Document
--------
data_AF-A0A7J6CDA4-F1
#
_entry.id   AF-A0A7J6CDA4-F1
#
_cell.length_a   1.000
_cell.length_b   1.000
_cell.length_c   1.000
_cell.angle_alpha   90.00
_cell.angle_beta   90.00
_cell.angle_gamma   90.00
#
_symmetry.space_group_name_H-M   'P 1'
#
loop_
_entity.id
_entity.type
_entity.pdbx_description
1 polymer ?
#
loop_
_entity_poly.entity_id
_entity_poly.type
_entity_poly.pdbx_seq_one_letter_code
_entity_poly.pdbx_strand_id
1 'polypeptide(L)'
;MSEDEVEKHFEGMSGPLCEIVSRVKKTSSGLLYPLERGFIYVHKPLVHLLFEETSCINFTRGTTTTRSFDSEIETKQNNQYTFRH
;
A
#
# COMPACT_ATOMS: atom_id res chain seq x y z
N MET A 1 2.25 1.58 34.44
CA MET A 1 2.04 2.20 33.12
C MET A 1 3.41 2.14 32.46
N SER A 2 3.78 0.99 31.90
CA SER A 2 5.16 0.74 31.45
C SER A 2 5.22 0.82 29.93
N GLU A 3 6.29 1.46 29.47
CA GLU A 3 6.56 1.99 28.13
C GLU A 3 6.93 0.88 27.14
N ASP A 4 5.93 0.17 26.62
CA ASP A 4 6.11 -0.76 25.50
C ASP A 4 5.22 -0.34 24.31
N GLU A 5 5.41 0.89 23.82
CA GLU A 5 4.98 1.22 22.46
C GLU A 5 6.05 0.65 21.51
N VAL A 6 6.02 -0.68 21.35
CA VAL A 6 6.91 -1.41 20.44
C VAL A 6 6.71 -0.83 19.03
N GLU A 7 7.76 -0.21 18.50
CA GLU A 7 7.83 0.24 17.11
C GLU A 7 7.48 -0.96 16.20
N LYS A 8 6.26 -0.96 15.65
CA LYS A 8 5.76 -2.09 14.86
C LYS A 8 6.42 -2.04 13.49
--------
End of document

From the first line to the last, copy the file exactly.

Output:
data_AF-A0A7J6CDA4-F1
#
_entry.id   AF-A0A7J6CDA4-F1
#
_cell.length_a   1.000
_cell.length_b   1.000
_cell.length_c   1.000
_cell.angle_alpha   90.00
_cell.angle_beta   90.00
_cell.angle_gamma   90.00
#
_symmetry.space_group_name_H-M   'P 1'
#
loop_
_entity.id
_entity.type
_entity.pdbx_description
1 polymer ?
#
loop_
_entity_poly.entity_id
_entity_poly.type
_entity_poly.pdbx_seq_one_letter_code
_entity_poly.pdbx_strand_id
1 'polypeptide(L)'
;MSEDEVEKHFEGMSGPLCEIVSRVKKTSSGLLYPLERGFIYVHKPLVHLLFEETSCINFTRGTTTTRSFDSEIETKQNNQYTFRH
;
A
#
# COMPACT_ATOMS: atom_id res chain seq x y z
N MET A 1 2.25 1.58 34.44
CA MET A 1 2.04 2.20 33.12
C MET A 1 3.41 2.14 32.46
N SER A 2 3.78 0.99 31.90
CA SER A 2 5.16 0.74 31.45
C SER A 2 5.22 0.82 29.93
N GLU A 3 6.29 1.46 29.47
CA GLU A 3 6.56 1.99 28.13
C GLU A 3 6.93 0.88 27.14
N ASP A 4 5.93 0.17 26.62
CA ASP A 4 6.11 -0.76 25.50
C ASP A 4 5.22 -0.34 24.31
N GLU A 5 5.41 0.89 23.82
CA GLU A 5 4.98 1.22 22.46
C GLU A 5 6.05 0.65 21.51
N VAL A 6 6.02 -0.68 21.35
CA VAL A 6 6.91 -1.41 20.44
C VAL A 6 6.71 -0.83 19.03
N GLU A 7 7.76 -0.21 18.50
CA GLU A 7 7.83 0.24 17.11
C GLU A 7 7.48 -0.96 16.20
N LYS A 8 6.26 -0.96 15.65
CA LYS A 8 5.76 -2.09 14.86
C LYS A 8 6.42 -2.04 13.49